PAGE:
To quantitatively measure whether the meiotic block in kar3 mutants was absolute, we designed a strain that would allow us to measure the efficiency with which a kar3 mutant produces viable haploid meiotic products compared to a KAR3 strain. Briefly, a homozygous kar3Δ::HIS3 diploid strain (TC12) was heterozygously marked for both canavanine and cyclohexamide resistances (CAN1/can1, CYH2/ cyh2). In both cases, the sensitive allele is dominant; therefore, with the exception of rare double recombinants, these diploids are unable to grow on medium containing canavanine and cyclohexamide. One quarter of the spores produced by such a diploid will inherit both the can1 and cyh2 genes and will grow in the presence of both compounds. In addition, the diploid strain is heterozygous for the ADE2 gene (ADE2/ade2) and produces white colonies, but haploid cells that have inherited only the recessive ade2 allele will produce red colonies. The haploidization frequency of this kar3 diploid was measured by inducing a culture to undergo synchronous meiosis and plating cells at timed intervals to measure the ratio of Ade−, Cyhr, Canr cells to the total number of viable cells (Fig. 3). An isogenic strain carrying a single copy number plasmid with the wild-type KAR3 gene (DJ1 + pD154.12) was used as the wild-type control. The wild-type culture began to produce Ade−, Canr, Cyhr cells at 8 h, and by 48 h 9.18% of the cells had this phenotype (100% sporulation would be expected to yield ∼12.5% Canr, Cyhr, Ade− cells). No Ade−, Canr, Cyhr colonies were ever detected for the mutant even after 3 d in sporulation medium (Fig. 3), indicating that the kar3 defect causes a robust block of the meiotic process.
kar3 Mutants Arrest Reversibly in Meiosis
Whereas kar3 mutants appear to arrest during meiosis, they remain viable in sporulation medium. The total number of viable cells in the above experiments was determined by plating on rich nonselective medium that supports vegetative growth at each time point. Viability of the kar3 mutants remains high for the first 8 h of meiosis and then gradually decreases. In a series of experiments, ⩾50% of kar3 cells remain viable between 24–48 h of meiosis (data not shown). This demonstrates that although the kar3 cells are blocked in meiosis so that they cannot produce viable spores, the meiotic arrest is overcome when the cells return to mitotic growth.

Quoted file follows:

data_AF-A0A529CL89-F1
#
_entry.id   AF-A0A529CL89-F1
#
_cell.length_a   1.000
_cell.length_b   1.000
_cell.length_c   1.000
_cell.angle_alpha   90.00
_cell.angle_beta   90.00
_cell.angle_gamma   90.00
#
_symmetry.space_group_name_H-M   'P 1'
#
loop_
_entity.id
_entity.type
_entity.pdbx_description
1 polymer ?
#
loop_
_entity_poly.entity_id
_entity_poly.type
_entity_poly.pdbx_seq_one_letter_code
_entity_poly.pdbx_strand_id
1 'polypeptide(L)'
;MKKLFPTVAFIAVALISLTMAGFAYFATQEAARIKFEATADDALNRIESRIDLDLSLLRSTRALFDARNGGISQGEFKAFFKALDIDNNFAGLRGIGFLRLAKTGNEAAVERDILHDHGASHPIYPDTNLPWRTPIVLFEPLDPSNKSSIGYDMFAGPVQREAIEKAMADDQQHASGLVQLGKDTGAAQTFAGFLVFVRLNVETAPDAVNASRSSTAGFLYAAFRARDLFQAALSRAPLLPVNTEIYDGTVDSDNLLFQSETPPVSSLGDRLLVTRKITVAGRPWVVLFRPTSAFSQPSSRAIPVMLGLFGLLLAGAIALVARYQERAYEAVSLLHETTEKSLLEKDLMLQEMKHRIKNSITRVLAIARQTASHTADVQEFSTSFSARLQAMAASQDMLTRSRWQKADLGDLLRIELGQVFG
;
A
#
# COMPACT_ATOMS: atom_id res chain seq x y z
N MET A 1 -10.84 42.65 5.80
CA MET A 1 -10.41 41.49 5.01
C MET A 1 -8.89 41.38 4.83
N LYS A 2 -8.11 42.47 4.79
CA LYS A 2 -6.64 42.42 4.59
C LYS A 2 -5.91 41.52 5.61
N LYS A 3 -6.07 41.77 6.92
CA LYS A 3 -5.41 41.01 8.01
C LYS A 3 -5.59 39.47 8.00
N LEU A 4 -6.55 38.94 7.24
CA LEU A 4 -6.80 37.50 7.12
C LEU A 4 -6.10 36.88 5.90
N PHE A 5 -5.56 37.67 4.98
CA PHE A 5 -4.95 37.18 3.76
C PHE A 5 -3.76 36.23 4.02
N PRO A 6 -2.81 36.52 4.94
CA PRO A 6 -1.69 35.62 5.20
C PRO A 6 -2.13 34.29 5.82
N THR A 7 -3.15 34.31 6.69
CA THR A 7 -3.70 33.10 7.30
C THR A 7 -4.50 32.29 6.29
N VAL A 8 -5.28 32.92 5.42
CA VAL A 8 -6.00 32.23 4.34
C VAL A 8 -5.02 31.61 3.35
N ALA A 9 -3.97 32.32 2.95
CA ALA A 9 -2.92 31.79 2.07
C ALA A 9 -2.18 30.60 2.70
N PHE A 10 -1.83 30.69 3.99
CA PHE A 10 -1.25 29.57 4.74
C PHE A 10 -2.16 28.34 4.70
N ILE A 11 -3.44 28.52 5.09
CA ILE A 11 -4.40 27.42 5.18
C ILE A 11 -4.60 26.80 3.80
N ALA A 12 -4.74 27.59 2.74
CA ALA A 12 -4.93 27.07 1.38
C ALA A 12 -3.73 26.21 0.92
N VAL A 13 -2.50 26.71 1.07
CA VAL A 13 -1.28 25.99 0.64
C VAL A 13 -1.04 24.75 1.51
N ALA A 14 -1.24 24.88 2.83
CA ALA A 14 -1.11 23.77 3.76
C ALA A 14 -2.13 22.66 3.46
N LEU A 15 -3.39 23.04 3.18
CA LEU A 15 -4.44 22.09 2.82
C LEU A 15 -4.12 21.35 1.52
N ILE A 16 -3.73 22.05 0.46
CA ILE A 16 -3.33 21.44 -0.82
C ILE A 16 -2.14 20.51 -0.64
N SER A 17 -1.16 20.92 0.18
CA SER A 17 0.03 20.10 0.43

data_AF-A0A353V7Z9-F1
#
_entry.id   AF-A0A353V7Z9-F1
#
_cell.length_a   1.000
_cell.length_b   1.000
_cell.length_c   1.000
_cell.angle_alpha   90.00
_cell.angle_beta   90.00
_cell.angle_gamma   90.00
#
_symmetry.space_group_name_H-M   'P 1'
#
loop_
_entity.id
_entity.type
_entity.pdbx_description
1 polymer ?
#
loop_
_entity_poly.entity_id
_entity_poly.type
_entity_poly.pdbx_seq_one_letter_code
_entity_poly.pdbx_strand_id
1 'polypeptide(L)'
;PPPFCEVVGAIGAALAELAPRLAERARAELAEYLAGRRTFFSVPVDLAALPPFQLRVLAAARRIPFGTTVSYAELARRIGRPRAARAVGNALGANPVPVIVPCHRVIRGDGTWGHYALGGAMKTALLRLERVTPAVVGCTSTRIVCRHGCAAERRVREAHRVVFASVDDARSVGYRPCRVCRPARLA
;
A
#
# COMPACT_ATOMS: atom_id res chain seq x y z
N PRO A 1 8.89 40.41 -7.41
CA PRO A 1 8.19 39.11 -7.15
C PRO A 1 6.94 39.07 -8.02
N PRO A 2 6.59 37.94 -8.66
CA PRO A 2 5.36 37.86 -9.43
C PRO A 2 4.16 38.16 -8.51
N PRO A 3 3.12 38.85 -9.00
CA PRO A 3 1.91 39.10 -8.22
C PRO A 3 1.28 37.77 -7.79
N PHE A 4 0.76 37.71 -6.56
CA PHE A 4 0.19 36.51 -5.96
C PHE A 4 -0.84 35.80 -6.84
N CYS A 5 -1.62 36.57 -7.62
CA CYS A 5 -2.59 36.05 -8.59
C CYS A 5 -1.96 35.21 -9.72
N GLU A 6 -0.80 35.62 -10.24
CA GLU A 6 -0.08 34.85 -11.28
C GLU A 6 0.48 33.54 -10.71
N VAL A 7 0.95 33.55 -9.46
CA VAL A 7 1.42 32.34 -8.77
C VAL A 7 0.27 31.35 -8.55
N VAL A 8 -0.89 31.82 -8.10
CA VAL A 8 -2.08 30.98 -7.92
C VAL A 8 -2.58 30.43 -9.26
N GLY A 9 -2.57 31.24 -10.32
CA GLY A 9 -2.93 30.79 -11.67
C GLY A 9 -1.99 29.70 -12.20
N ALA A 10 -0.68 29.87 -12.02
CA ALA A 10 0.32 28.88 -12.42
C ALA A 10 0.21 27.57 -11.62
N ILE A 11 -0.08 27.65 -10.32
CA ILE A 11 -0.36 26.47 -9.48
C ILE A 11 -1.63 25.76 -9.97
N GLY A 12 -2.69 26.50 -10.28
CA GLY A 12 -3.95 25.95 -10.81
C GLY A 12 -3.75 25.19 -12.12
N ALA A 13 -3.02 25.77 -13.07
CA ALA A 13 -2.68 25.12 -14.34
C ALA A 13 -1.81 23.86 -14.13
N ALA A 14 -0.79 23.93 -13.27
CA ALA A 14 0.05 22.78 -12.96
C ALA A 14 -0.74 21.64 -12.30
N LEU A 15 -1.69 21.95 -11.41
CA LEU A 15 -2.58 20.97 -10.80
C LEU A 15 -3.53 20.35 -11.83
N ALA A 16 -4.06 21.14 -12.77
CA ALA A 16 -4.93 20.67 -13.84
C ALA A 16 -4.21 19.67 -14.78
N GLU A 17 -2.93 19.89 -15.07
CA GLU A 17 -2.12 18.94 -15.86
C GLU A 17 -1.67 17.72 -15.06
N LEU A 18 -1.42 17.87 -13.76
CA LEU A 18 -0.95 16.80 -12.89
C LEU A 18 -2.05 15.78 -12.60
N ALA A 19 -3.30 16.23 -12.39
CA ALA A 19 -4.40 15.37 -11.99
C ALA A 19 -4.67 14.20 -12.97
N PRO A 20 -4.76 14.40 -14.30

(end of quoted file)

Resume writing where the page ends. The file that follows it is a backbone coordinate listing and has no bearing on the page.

Commitment to Heteroallelic Interhomologue Recombination in kar3 Mutants
Commitment of cells to meiotic levels of interhomologue recombination is a landmark event of meiosis that occurs in prophase I. To assay for interhomologue recombination, the frequency of prototroph formation at heteroallelic loci is measured at timed intervals in meiosis by returning meiotically-induced cells to vegetative growth (Sherman and Roman, 1963; Esposito and Esposito, 1974). Using a strain containing a pair of closely linked arg4 heteroallelic mutations, we were able to quantify the frequency of interchromosomal recombination events by selecting for Arg+ cells. The kar3 version of this strain was unable to commit to wild-type levels of heteroallelic recombination after 27 h, by which time the KAR3 control strain had reached maximal levels of recombination (Fig. 4). The mutant exhibited a gradual accumulation of Arg+ cells. By 27 h, the kar3 mutants showed ∼5% of wild-type levels of recombinants.